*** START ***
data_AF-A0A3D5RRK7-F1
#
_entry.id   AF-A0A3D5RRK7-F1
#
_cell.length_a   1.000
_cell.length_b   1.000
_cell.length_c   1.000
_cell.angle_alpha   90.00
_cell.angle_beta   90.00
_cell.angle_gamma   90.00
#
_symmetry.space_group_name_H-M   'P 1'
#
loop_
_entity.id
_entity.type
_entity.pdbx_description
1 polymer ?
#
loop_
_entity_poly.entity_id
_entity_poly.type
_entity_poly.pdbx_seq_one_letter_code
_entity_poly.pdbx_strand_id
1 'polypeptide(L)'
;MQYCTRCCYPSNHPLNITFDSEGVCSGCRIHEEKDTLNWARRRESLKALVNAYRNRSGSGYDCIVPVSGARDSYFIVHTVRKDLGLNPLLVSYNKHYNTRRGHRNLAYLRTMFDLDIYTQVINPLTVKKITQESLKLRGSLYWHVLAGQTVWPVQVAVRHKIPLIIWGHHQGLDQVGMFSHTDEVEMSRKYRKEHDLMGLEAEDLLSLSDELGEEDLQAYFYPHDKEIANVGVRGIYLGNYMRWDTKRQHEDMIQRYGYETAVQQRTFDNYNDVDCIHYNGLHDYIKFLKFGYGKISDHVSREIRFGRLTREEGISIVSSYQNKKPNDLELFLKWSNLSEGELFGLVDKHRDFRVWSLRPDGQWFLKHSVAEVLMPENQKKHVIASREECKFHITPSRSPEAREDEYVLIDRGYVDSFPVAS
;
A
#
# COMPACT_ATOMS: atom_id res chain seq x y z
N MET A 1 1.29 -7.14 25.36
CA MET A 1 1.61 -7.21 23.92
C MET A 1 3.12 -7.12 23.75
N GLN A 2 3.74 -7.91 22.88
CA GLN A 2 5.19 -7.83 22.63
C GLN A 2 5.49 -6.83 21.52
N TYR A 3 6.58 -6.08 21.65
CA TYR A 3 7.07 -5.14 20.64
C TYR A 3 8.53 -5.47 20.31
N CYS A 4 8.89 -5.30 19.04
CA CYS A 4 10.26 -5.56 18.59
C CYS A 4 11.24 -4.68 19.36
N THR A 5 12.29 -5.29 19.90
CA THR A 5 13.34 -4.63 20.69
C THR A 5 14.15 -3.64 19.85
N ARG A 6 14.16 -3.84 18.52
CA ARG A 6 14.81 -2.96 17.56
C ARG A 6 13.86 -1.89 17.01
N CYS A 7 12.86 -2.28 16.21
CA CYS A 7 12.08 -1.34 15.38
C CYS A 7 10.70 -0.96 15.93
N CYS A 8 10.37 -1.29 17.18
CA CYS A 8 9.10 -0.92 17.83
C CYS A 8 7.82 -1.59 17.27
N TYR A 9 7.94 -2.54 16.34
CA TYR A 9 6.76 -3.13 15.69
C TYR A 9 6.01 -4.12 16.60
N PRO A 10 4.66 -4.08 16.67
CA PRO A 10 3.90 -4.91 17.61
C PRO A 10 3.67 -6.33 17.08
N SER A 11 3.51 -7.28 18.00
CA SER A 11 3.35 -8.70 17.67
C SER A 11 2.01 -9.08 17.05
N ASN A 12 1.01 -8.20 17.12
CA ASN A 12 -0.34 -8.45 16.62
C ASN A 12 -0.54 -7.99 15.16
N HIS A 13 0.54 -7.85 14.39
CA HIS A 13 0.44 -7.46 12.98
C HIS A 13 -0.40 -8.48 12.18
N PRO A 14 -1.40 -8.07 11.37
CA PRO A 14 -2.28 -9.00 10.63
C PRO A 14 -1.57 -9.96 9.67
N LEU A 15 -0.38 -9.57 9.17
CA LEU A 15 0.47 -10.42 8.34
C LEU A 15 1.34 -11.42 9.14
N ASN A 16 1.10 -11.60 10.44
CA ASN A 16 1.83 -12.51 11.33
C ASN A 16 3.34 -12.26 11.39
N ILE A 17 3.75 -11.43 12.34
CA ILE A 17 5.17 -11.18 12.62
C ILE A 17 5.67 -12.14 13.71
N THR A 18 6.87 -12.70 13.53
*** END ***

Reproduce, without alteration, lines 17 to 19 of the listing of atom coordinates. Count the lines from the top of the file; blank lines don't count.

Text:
_entity.pdbx_description
1 polymer ?
#